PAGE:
When we travel the world, we follow our obsessions—art, music, and film. But we tip our hats explorers with different obsessions in mind, like Elizabeth Donius and Amy Elliott, the filmmakers behind the upcoming documentary, “World’s Largest”. Instead of following in the footsteps of famous artists or tracking down the original film locations of Kung-Fu classics, Donius and Elliott hunt bigger game—the weird and wonderful monuments small towns create in order to put them on the map as the home of the largest strawberry, the longest hokey stick, or the world’s largest otter. But, as the documentary reveals, these two filmmakers have found a lot more than over-sized fruits or gargantuan concrete rodents.
From Hidalgo, Texas, home of the world’s largest killer bee, to Wahpeton, North Dakota, home of the world’s largest catfish, to the sands of Pismo Beach, California (where you can find a massive clam sculpture), the duo has crisscrossed the United States seeking out these tiny burgs and their large public works. What emerges is a portrait of American small-town life where diminishing manufacturing opportunities, increased globalization, and a strange sense of being left behind in our brave, new interconnected world compels private citizens and municipal boards alike to commission the “world’s largest” this or that simply for a listing in the Guinness Book of World Records and an outside chance at drawing in tourists and opening their wallets. Civic pride is important when your population is only in the four or five-digit range, and in the middle of America’s information deluge, a massive lava lamp (Soap Lake, Washington) or jackrabbit (Odessa, Texas) near your town hall may be the quickest, most positive way to roadside-attraction fame. The other side of the coin is that many of these monuments—the Pismo Beach clam, the boll weevil of Enterprise, Alabama—represent exports or industries that once flourished in those towns. They were totems of times of prosperity, of parades gone by. As sad as all this sounds, what “World’s Largest” promises is something very positive—the uniquely American tendency to recast one’s self and one’s surroundings in epic terms, the will to strive and excel that, for better or worse, defines our national character. Pretty heady stuff for a movie starring ordinary Americans, a trio of Paul Bunyans, and the world’s largest turkey (Frazee, Minnesota).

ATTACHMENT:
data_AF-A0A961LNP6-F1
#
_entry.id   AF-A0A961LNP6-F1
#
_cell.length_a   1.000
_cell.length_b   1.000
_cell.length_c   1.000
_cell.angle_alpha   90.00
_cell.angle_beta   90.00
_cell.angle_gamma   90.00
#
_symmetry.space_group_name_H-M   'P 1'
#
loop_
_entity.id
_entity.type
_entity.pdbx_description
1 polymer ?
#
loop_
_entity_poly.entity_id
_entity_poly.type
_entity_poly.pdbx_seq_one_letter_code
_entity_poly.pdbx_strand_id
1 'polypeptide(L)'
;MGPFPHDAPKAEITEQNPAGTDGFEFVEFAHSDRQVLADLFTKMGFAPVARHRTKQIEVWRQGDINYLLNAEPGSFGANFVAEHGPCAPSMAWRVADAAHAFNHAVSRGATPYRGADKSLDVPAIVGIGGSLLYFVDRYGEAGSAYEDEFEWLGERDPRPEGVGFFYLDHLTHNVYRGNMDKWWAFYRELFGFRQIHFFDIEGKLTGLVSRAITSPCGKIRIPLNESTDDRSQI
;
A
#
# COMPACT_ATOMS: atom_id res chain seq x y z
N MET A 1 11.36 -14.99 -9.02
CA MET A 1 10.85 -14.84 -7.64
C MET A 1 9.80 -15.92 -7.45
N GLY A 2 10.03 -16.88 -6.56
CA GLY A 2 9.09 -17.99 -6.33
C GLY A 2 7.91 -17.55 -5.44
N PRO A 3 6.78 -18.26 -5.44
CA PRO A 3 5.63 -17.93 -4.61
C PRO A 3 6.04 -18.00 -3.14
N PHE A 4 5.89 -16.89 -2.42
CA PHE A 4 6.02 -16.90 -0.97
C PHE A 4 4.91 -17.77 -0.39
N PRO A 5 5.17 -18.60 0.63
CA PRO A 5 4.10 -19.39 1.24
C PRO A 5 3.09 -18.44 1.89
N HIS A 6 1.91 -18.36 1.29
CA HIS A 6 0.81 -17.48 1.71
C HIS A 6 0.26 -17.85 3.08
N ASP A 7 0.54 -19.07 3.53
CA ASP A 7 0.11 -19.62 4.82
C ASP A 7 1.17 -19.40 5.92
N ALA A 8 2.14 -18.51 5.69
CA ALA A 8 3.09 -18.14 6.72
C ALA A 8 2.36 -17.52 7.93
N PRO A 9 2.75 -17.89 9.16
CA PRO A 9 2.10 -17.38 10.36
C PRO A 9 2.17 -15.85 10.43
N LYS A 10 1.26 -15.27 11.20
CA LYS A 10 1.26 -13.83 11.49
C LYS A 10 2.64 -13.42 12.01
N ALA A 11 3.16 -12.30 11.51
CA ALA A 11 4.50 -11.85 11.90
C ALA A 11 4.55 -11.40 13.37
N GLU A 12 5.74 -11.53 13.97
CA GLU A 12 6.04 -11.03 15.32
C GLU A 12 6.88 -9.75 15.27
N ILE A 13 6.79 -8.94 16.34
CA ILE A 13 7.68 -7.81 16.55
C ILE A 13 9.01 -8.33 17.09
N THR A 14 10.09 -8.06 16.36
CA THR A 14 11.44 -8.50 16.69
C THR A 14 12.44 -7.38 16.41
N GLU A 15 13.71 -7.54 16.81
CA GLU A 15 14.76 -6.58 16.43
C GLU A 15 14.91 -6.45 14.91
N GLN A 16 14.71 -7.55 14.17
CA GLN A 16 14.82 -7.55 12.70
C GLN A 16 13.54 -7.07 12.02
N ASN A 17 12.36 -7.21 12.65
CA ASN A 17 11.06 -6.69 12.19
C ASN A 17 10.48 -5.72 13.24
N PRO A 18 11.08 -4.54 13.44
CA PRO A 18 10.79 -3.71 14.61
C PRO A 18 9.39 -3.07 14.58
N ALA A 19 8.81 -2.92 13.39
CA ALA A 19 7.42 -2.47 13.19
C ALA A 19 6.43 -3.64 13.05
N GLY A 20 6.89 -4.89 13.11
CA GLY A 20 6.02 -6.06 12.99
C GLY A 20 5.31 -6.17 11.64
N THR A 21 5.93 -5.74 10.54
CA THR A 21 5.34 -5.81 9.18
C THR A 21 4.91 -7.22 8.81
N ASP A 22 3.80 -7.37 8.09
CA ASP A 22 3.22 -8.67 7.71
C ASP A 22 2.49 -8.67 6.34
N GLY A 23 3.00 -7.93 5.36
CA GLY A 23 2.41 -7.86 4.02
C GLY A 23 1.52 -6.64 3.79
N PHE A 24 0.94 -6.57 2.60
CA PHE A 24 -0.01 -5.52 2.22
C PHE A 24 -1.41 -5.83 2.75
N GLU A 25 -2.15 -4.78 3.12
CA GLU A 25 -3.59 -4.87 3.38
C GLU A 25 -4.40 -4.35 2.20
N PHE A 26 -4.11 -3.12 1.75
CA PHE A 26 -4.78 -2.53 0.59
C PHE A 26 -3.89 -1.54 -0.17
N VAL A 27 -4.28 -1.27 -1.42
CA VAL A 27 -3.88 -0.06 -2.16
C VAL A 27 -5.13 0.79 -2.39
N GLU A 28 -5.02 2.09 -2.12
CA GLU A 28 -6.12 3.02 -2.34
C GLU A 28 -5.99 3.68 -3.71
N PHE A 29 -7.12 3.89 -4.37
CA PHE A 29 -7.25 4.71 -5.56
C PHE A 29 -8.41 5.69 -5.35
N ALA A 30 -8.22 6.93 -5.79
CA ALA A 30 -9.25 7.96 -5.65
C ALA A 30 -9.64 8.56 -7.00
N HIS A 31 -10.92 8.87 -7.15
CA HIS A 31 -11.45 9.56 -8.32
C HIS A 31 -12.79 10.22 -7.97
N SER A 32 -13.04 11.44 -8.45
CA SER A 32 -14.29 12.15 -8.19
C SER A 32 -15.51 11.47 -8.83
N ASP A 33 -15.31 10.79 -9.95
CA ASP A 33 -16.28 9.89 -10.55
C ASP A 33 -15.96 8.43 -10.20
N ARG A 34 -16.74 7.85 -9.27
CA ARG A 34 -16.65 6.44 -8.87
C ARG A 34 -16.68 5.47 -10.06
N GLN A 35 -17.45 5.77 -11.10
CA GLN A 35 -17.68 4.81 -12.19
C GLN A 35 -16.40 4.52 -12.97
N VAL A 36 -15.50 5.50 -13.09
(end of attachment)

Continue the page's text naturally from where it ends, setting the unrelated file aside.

“World’s Largest” will screen at the upcoming SXSW Film Festival. For more information go to www.worldslargestdoc.com. For travel guides that follow our obsessions with art, music, and movies, head over to our online store.
Top—Director of “World’s Largest” Elizabeth Donius along with the world’s largest hockey stick in Eveleth, MN.
Bottom (clockwise from upper left): The world’s largest buffalo in Jamestown, ND, the world’s largest otter in Fergus Falls, MN, the world’s largest jackrabbit, Odessa, TX, the world’s largest goose, Sumner, MO.
All images courtesy of World’s Largest Productions.